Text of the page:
That is the nature of "Chapel Perilous", its existence can be denied, we can believe we're somewhere else (watching a movie?), but all the time we're trapped in it, unable to discern what is really going on. Another cult movie that gives a beautiful experience of Chapel Perilous is Orson Welles' film "F for Fake", except this time we are the targets of the con. A documentary film about two fakers, itself really a clever montage of existing film clips put together to give the impression of a series of interviews. At some point the film moves into the realm of total fantasy, and the beauty of it is that we don't notice that is the Chapel Perilous experience. From here it is logical to move onto the ascent, or what could be called the "Promethean" theme. The film "Frankenstein" is the classic Promethean film, but is full of timid, anti-Luciferan morality; i.e. to steal the "fire" from the gods instantly incurs punishment; as a myth, that is no longer useful to us.

All of the above examples are tales based in the twentieth century. For a Promethean theme we feel we should be looking forward; "2001 A Space Odyssey" is wonderfully symbolic in that it is based in the first year of the next millennium. There are four stages in the film: the first is "The Dawn of Man", taking place in prehistoric Earth, where "the slab" appears the Promethean gift, but what is the gift? fire? tool use? weapon use? the ability to kill? We would suggest that it is the gift of imagination; the ape man looks at the bone and "sees" a weapon; he has the ability to manipulate images in his mind.

In the film the image cuts instantly to a space craft on its way to the Moon. This journey between the worlds we feel signifies that we have entered mythic space. In the next stage of the film, "The Moon", we meet "the slab" again, where it dispenses its next gift, the awareness of something beyond. In Qabbalistic terms we have moved from Malkuth to Yesod; the following stage of the film, "Journey to Jupiter", has us ascending the sephiroth to Chesed.

On the approach to Jupiter, Dave has to disconnect the higher functions of the computer, Hal. We would suggest this can represent a distrust of reason; a return to child-like ways, or a stepping away from the constraints of language. As Hal closes down, it is language that deteriorates; i.e. it is language that constructs the world we perceive. So to go into the infinite beyond, to take the Next Step, we have to go beyond language, hence all the descriptions of mystical experiences end up sounding like gibberish.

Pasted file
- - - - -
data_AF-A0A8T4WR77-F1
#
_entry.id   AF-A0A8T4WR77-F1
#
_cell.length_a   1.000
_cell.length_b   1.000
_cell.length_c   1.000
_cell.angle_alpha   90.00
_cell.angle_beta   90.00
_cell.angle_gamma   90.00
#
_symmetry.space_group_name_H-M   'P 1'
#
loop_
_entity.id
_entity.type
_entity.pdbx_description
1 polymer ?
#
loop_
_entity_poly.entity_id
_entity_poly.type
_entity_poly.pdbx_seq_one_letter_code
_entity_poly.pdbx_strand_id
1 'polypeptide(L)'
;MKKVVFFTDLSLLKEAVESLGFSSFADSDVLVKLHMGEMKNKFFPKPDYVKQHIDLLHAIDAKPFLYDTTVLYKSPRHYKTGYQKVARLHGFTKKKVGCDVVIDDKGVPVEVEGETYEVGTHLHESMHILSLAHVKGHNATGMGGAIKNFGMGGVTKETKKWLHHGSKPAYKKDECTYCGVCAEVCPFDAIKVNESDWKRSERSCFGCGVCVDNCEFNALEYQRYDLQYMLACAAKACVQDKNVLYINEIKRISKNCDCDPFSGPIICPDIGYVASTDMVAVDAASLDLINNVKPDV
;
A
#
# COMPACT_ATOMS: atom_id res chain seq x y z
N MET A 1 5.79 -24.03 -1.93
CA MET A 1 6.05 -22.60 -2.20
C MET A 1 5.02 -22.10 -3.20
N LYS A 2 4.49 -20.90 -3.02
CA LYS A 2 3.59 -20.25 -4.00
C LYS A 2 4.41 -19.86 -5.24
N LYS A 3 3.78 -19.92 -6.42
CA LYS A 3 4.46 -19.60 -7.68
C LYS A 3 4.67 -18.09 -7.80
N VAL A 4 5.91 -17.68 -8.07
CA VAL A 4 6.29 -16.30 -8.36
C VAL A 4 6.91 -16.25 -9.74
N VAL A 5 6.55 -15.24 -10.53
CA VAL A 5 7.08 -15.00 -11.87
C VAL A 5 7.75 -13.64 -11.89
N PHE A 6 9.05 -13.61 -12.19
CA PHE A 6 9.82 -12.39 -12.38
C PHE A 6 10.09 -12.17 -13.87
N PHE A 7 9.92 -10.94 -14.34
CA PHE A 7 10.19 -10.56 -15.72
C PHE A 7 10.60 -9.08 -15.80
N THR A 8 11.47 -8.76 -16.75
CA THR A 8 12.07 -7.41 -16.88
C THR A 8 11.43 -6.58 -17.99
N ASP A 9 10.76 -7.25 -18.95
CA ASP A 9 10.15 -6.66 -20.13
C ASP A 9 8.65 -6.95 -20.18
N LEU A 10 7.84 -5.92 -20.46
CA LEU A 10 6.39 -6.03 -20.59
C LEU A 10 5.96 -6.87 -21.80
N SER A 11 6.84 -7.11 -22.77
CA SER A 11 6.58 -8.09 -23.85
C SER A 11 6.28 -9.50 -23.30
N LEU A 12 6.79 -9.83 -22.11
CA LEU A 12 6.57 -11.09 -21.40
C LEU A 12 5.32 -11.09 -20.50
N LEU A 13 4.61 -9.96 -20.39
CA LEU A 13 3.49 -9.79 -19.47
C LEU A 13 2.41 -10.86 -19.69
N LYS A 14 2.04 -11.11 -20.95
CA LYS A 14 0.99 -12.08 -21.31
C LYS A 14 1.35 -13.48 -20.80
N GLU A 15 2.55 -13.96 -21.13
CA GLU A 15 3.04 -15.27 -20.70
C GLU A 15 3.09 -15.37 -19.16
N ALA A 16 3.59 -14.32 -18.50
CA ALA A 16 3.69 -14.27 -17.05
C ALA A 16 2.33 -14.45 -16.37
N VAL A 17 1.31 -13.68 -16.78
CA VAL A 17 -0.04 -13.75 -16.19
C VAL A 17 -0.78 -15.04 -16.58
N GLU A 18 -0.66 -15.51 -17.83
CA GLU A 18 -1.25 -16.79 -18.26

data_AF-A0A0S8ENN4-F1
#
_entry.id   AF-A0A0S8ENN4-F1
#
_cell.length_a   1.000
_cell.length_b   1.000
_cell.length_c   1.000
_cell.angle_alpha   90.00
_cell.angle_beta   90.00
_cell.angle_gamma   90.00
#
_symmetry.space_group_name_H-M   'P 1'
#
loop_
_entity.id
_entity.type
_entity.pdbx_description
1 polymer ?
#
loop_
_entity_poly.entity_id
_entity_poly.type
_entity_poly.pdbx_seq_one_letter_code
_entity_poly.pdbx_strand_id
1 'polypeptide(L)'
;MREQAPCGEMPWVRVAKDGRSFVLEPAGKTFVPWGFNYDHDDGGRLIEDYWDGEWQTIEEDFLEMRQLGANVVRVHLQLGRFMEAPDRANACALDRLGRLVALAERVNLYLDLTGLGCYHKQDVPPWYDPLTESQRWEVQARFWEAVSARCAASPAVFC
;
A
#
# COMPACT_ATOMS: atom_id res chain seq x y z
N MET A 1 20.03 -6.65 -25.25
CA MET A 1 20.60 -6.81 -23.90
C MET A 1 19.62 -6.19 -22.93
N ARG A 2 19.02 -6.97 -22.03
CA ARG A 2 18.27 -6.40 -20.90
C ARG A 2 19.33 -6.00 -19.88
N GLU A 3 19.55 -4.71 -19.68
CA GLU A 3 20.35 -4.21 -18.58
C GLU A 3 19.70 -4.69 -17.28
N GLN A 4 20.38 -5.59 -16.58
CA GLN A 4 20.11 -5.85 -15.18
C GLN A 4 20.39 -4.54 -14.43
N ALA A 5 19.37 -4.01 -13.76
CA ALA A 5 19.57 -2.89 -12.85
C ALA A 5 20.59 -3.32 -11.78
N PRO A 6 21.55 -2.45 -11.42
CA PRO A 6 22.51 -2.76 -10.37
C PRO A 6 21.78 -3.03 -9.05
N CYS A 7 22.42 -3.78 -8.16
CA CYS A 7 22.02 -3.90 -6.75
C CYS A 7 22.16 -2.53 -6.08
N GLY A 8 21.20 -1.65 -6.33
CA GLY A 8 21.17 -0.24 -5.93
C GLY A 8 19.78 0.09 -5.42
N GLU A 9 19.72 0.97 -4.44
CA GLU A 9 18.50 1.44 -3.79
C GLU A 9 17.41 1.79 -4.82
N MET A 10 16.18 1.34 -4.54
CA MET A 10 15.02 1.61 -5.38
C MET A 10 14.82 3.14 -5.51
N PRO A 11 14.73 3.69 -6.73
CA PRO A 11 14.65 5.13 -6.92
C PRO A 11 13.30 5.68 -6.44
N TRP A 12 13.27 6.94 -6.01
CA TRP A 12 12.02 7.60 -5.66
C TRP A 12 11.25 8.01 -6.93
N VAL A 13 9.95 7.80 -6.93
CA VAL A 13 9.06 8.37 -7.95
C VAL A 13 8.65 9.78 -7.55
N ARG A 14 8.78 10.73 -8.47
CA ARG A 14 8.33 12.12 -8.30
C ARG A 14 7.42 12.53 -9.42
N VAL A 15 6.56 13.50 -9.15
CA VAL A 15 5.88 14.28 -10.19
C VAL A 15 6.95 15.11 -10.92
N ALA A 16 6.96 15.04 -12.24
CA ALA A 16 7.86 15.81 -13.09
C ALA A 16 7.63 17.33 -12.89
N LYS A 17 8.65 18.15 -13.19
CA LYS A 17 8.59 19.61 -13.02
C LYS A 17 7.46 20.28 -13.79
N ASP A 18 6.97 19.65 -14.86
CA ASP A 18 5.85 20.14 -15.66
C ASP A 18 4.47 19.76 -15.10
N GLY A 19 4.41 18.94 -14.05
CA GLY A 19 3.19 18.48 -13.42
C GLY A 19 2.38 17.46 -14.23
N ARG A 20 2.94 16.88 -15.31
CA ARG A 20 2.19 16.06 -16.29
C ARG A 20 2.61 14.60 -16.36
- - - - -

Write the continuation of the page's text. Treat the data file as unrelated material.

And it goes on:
For the final stage of the film, "Jupiter and beyond to Infinity", we have the leap across the Abyss to the Supernals; Chokmah, Binah, Kether. Because language fails us at this point, Kubrick relies solely on the visual image; the sequence seems baffling, but we wonder if he is trying to explain something that is also suggested by Ken Wilber in his book, "The Atman Project"; i.e., we evolve by changing how we translate the incoming information of our senses. We go from looking through to looking at each developmental stage. For most of us, we construct the world by looking through a semantic framework or grid; when we transcend this stage, we will be able to look at our semantic structure. Likewise in the film, Dave sees the next stage from outside and then becomes it: the outsider, the astronaut, the urbane man, the old man on the death bed, and finally rebirth as the Star Child. Or as Crowley puts it in "Magick" when describing the grade of Adeptus (Exemptus); "Completes in perfection all these matters. He then either (a) becomes a Brother of the Left Hand Path or, (b) is stripped of all his attainments and of himself as well, even his Holy Guardian Angel, and becomes a Babe of the Abyss, who having transcended the Reason, does nothing but grow in the womb of its mother."

So we contend that "The Mythic" is everywhere, everywhen, and despite our cultural estrangement from myths, "The Mythic" still emerges through our media in many guises, which includes, but is not exclusive to, Western movies.